If you bomb the hill at high speed and barely use your brakes, all that energy is converted by air friction and your brakes stay cool. Air resistance is the square of the speed, so the faster your bomb the hill the exponentially greater the air friction. If you use your brakes, the energy is converted to heat in your brakes, so they heat up. If you do this for long enough your brakes will overheat. However don't forget your rims are being continuously cooled by the air. The faster you're moving, the more cooling is taking place. The hotter your rims, the faster they transfer heat to the air. On the other hand if you descend like a grandma and take an hour to get to the bottom of the hill, you've spent so long converting your energy that your rims cooled themselves the whole time.

You can take the above and plot a graph. High average descent speed results in cool brakes. Low average descent speed results in cool brakes. Medium average descent speed results in hot brakes.

What you do in the mean time doesn't make any difference whatsoever. Apply the brakes continuously lightly, pulse it every one second, pulse it every five seconds. Alternate between front and rear. Use both at the same time all the time. As long as your speed stays the same it doesn't matter. When people say they pulse the brakes, what they're really doing is increasing their average speed. They're bombing down the hill, slowing occasionally so they don't die. Higher average speed = cooler rims.

This is how to descend properly: use both brakes to take advantage of maximum thermal mass, descend at a pace you are comfortable with. Listen to your brakes. When the braking sound changes, it's a sign the pads are overheating and their physical properties are changing. At that point consider stopping and taking a photo break. I have no scientific proof to support my method. However I did do a bunch of expedition touring in the Himalayas and on the Tibetan plateau so I've gone down a hill or two in my life.

Originally Posted by cyccommute View Post
Overheating wheels on a downhill is a user error. I don’t check my rims after (or during) a downhill because I know that I haven’t overheated them. Braking on a bicycle should be down in short, hard pulses rather than a long sustained pressure.
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Old 08-16-22, 10:41 PM
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Originally Posted by Yan View Post
It makes absolutely no difference whether your pulse your brakes or apply light continuous pressure. As far as heating up your rims, the only thing that matters is your speed of descent. At the top of the hill you have a fixed amount of gravitational potential energy. By the time you reach the bottom of the hill you have a fixed lower amount of gravitational potential energy. During your descent that stored energy was converted to heat via friction. The conversion can happen in one of two ways: via air friction or brake friction.

If you bomb the hill at high speed and barely use your brakes, all that energy is converted by air friction and your brakes stay cool. Air resistance is the square of the speed, so the faster your bomb the hill the exponentially greater the air friction. If you use your brakes, the energy is converted to heat in your brakes, so they heat up. If you do this for long enough your brakes will overheat. However don't forget your rims are being continuously cooled by the air. The faster you're moving, the more cooling is taking place. The hotter your rims, the faster they transfer heat to the air. On the other hand if you descend like a grandma and take an hour to get to the bottom of the hill, you've spent so long converting your energy that your rims cooled themselves the whole time.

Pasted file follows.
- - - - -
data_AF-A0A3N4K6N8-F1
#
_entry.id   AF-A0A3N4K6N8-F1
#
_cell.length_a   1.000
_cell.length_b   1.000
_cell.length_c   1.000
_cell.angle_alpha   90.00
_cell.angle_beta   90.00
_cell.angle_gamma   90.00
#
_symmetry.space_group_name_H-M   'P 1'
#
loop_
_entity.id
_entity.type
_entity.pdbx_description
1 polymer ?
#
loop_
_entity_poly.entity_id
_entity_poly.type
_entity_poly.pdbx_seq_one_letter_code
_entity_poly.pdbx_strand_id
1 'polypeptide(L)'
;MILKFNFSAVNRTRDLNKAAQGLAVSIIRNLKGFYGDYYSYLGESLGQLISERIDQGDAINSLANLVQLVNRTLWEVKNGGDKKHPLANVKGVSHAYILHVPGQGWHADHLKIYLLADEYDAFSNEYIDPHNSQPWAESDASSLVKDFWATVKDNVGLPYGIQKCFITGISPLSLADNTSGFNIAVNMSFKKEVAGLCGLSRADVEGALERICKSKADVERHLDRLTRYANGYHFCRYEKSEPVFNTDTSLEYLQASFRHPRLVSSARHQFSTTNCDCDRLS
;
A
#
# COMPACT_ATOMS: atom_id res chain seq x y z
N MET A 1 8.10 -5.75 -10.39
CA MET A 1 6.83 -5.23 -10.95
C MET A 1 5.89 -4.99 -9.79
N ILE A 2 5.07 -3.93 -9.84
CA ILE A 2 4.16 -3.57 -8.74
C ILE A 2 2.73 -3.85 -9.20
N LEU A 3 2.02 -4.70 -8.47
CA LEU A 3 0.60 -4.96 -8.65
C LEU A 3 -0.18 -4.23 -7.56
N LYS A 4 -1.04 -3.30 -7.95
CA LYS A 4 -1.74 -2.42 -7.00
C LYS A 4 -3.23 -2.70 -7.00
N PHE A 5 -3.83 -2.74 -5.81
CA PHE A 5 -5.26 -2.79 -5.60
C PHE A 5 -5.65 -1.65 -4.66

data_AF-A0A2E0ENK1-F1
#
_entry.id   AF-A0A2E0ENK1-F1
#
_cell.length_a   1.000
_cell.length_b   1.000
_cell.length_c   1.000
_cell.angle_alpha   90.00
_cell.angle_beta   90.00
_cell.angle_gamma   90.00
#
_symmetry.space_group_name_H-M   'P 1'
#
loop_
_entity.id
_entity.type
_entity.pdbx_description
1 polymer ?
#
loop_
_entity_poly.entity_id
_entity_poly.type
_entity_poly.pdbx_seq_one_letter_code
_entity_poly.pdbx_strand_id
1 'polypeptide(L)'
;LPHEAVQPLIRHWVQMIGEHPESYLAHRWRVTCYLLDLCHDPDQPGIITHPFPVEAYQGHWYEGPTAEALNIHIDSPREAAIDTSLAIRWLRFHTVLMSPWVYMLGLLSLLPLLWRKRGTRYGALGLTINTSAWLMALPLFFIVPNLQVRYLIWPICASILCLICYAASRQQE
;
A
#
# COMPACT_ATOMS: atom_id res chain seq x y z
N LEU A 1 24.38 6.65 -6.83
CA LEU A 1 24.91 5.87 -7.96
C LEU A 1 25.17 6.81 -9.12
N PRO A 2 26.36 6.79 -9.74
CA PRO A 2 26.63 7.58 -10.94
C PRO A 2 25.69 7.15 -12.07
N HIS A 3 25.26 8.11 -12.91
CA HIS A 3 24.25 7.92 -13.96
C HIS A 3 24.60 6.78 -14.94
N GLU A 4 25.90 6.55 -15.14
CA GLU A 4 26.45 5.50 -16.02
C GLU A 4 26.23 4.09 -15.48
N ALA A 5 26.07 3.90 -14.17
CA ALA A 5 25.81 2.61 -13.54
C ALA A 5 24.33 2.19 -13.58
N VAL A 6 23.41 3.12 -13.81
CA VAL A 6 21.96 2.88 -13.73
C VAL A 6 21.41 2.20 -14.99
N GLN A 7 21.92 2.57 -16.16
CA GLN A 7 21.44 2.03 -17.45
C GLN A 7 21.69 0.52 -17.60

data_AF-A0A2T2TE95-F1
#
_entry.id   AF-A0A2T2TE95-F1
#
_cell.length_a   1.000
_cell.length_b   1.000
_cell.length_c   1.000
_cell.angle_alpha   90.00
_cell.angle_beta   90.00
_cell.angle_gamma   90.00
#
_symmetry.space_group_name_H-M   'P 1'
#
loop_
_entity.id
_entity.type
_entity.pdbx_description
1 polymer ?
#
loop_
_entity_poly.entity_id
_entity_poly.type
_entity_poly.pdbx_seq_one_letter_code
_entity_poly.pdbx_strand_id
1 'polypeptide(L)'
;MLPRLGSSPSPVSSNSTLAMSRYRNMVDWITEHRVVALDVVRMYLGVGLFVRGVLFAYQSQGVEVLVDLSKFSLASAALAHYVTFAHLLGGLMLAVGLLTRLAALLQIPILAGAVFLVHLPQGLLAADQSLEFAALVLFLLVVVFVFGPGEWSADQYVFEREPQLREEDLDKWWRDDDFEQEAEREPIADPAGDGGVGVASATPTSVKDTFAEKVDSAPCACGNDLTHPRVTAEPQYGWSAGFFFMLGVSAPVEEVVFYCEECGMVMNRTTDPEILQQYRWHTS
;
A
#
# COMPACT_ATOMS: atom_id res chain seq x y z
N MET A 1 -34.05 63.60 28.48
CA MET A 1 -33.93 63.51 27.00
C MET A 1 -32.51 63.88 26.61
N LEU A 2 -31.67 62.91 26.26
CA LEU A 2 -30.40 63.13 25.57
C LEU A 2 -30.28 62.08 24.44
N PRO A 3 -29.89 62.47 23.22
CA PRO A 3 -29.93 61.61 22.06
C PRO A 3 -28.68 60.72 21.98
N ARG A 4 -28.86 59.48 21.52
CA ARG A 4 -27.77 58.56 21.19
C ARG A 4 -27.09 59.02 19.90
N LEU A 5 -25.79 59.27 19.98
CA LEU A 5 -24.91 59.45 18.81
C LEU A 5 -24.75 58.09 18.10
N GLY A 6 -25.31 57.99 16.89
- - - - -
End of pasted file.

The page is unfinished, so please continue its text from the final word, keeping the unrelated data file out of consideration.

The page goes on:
You can take the above and plot a graph. High average descent speed results in cool brakes. Low average descent speed results in cool brakes. Medium average descent speed results in hot brakes.

What you do in the mean time doesn't make any difference whatsoever. Apply the brakes continuously lightly, pulse it every one second, pulse it every five seconds. Alternate between front and rear. Use both at the same time all the time. As long as your speed stays the same it doesn't matter. When people say they pulse the brakes, what they're really doing is increasing their average speed. They're bombing down the hill, slowing occasionally so they don't die. Higher average speed = cooler rims.

This is how to descend properly: use both brakes to take advantage of maximum thermal mass, descend at a pace you are comfortable with. Listen to your brakes. When the braking sound changes, it's a sign the pads are overheating and their physical properties are changing. At that point consider stopping and taking a photo break. I have no scientific proof to support my method. However I did do a bunch of expedition touring in the Himalayas and on the Tibetan plateau so I've gone down a hill or two in my life.
Having blown a few tires off a tandem, I think you oversimplify the issues and therefore the method. What you're trying to do primarily is not blow the tires off. That's not good. IME if you work toward that goal, the brake pads will be fine. As you say, a hot rim will transfer heat more quickly into the atmosphere.

Tire pressures can certainly increase to the point where they considerably exceed the max allowable pressure, otherwise they wouldn't blow off. If one accepts that the goal is to minimize the amount of heat transferred to the air in the tire, then pulsing the brakes is obviously the way to go. When the brakes are off, the rim can cool. When the brakes are on, it can't. So the thing to do is to let the bike run as much as possible and then hit the brakes hard before corners. If it's a twisty descent, one alternates front and rear. The idea is to briefly hit the surface of the rim and then allow that heat to dissipate into the atmosphere as much as possible before heating the rim surface again. This helps to prevent the transfer of that heat into the bead and then into the air.